Windows 10 is the latest major release of Microsoft’s operating system, but it doesn’t have a media player yet.
Luckily, the new Media Player for Windows 10 brings that to the fore.
You can start playing media files on your PC, but you’ll need to set up a media server to make sure that files are played correctly.
And the Media Server will need to be running on the computer that hosts the Windows 10 PC.
In the previous article, we covered how to set your media server up for Windows Media, and now we’ll show you how to make use of the Windows Media Server feature.
In this article, I’ll show how to install a Windows Media player on your Windows 10 machine.
We’ll be using the media server version of Windows 10, and it’ll run the Windows media player in a virtual machine running on Windows 10.
The first step to installing the Windows player is to open up the Windows registry.
This is the place where Windows 10 allows you to make changes to your registry.
If you’ve never done this before, be sure to go to the Start menu and type regedit.
You’ll find this registry key called hsuser.
In our case, we’ll be creating a new user account called jhjmedia.
After you’re done with that, go ahead and create a new DWORD value called hsauser.
You’ll need this DWORD to make a change to the registry.
After you do this, press Enter.
Once the new DWOREntity has been created, you can navigate to it by clicking on the Start button.
Then, click on Start.
When the registry is opened, you’ll see a new tab called Media.
Now, you should see the following: If you’ve been following along, you probably already know that you can make changes in the registry by clicking the Edit button in the top right of the window.
But there’s one important thing that you need to do in this window.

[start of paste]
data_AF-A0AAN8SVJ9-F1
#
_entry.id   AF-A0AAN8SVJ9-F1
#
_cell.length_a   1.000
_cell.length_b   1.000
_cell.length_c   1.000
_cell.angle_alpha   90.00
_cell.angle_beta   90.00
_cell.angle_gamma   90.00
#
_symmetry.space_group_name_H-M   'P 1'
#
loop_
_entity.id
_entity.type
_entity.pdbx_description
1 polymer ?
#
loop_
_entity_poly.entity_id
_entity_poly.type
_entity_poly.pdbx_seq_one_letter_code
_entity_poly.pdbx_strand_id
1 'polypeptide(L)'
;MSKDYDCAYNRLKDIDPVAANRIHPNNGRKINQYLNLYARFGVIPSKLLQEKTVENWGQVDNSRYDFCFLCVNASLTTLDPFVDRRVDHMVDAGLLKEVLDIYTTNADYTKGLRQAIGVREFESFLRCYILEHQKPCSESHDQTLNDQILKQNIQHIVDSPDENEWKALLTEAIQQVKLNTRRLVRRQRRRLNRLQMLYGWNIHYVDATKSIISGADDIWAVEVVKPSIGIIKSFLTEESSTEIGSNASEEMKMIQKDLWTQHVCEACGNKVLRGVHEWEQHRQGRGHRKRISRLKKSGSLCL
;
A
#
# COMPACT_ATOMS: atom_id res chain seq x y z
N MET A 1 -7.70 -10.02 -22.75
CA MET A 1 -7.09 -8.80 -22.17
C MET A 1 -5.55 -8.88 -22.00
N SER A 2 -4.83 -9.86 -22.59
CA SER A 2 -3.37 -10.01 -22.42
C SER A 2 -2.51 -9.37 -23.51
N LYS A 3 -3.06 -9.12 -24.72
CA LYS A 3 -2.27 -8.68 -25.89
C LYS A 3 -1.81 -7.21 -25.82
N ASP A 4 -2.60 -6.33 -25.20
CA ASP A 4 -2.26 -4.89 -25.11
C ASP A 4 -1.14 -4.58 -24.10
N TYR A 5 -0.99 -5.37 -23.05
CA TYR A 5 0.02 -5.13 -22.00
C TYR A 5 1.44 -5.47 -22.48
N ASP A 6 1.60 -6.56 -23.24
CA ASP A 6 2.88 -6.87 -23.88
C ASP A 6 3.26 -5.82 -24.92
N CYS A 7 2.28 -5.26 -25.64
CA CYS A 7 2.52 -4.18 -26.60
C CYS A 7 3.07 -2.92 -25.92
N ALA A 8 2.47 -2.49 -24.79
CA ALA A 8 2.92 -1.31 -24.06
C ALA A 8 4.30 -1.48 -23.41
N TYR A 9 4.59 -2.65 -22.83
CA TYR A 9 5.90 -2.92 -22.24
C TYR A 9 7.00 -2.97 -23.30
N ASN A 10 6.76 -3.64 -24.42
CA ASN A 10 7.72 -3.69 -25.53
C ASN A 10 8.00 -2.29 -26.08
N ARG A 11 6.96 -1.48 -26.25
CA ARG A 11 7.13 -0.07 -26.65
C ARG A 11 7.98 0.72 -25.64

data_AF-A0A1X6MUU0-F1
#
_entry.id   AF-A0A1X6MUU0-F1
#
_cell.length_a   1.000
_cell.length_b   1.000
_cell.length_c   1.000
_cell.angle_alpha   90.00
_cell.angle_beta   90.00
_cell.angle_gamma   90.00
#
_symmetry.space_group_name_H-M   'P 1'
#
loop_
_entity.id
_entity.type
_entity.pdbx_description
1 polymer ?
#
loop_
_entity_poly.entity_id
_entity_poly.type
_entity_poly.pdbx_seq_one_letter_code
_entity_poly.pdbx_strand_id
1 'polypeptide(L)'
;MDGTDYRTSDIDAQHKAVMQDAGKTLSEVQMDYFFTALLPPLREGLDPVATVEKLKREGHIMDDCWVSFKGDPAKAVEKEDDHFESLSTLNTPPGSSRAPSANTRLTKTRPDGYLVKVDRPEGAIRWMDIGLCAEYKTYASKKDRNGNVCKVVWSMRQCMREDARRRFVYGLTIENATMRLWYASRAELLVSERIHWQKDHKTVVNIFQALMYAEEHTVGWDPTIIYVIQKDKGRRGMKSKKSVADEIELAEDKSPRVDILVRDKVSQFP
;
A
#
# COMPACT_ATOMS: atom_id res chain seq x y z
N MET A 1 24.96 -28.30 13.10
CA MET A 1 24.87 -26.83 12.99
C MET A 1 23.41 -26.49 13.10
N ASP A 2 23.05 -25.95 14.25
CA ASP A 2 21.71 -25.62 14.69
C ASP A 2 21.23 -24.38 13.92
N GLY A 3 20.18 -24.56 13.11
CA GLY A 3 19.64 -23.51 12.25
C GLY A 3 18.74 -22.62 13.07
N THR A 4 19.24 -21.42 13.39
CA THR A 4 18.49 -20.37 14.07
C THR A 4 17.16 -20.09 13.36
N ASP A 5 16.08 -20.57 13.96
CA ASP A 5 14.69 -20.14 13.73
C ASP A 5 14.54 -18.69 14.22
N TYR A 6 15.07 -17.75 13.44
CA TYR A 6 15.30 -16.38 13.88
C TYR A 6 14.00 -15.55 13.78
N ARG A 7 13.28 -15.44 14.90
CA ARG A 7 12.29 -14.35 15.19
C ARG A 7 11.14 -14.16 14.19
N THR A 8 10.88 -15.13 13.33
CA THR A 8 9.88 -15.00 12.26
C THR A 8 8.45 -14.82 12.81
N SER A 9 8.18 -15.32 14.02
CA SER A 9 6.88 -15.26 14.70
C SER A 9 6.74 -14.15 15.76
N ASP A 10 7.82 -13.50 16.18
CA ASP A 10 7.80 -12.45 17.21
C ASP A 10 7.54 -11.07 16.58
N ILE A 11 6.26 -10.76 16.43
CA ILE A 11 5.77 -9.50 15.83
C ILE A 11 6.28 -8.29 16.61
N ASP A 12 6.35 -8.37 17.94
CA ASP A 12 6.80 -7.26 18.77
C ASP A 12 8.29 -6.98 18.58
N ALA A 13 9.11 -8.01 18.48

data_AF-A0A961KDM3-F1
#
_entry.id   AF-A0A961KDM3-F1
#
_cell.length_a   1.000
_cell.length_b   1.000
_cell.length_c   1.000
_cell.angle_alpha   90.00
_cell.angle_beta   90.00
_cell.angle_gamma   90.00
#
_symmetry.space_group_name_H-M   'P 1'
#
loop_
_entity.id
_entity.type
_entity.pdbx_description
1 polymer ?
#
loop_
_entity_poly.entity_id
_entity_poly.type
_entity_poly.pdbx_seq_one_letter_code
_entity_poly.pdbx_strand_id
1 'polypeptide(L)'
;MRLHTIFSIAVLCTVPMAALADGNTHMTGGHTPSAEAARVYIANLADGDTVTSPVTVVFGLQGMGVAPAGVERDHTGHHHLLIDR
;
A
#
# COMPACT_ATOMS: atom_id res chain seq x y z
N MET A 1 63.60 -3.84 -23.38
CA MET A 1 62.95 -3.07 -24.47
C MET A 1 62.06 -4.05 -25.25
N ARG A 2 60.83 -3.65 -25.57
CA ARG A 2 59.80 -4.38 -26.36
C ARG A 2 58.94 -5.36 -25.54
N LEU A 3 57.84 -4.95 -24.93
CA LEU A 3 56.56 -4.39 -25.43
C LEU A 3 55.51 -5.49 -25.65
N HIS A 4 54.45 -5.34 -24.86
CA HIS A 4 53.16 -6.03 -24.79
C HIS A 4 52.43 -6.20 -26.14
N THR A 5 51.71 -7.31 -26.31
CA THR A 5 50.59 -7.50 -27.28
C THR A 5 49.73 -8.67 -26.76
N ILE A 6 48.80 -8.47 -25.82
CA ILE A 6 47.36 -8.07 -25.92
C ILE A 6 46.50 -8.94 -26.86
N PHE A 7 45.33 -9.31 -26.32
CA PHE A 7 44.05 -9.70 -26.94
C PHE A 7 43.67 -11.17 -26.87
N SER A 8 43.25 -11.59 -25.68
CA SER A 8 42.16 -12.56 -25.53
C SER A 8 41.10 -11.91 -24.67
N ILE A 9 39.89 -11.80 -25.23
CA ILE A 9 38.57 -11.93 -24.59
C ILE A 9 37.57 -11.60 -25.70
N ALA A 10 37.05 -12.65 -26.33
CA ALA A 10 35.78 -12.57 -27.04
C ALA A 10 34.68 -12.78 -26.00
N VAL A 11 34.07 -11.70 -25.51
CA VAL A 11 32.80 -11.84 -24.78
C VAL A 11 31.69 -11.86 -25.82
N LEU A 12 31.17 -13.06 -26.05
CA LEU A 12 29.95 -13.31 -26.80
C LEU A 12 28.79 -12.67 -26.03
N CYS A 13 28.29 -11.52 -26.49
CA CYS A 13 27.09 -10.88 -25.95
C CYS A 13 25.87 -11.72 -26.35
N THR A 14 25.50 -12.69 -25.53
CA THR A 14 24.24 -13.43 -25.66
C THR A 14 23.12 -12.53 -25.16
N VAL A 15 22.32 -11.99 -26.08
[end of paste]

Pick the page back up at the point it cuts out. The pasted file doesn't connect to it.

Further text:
If you click Edit, you won’t see the new Registry key that we created.
Instead, the registry will display the following dialog: Now that we have a new registry key, you will need it to edit the values that you created.
To do that, click the Edit tab at the bottom of the Registry Editor window, and then type hsa.
Press Enter, and you’ll be taken to the next page: Press the + sign in the upper right corner of the dialog box.
If this is your first time entering the Registry, you’re going to be prompted for a name for your registry key.
Click the name that you have chosen and then click OK.
We now have a Registry key called jahjmedia, which will be added to our registry.
Now, we’re going as a new administrator, and we’re all set to move forward.
Next, let’s create a virtual hard drive to store all our media files.
To create a Virtual Hard Drive, go to File Explorer and then choose New > New Virtual Hard Disk.
Next, select the Hard Disk drive that you just created, and click Next.
You should see a window with the name of your new Virtual Hard Drives.
Go ahead and click Create.
Make sure that the Create Virtual Hard drive option is selected and that you choose the appropriate type of hard drive.
Select the hard drive that will be formatted as a NTFS volume, and press Next.
Choose a drive letter for the hard disk, and confirm by clicking OK.
You can now go ahead, click Next, and the next window will appear.
Enter the following information: You can choose to format the hard drives as an SSD or a SATA drive.
Choose whether or not to use a RAID-5 or RAID-0 configuration.
For more information, see this article on how to format a hard drive in Windows.
At this point, the hard disks are formatted and you’re ready to install Windows Media.
To install the Windows Player, click OK to complete the installation process.
When you reboot your PC after installing Windows Media on the new Virtual hard drive, you shouldn’t see a message asking you to reboot your system.
Instead you’ll get a message saying that you’ve successfully installed the media player on the Windows PC.
Hopefully, you’ve now installed a Windows media client on your machine.
Note: You can’t play media files from Windows 10’s Media Server if you’re using a USB flash drive, because it doesn´t have a hard disk drive.
You need to install the Media Player on a hard-drive.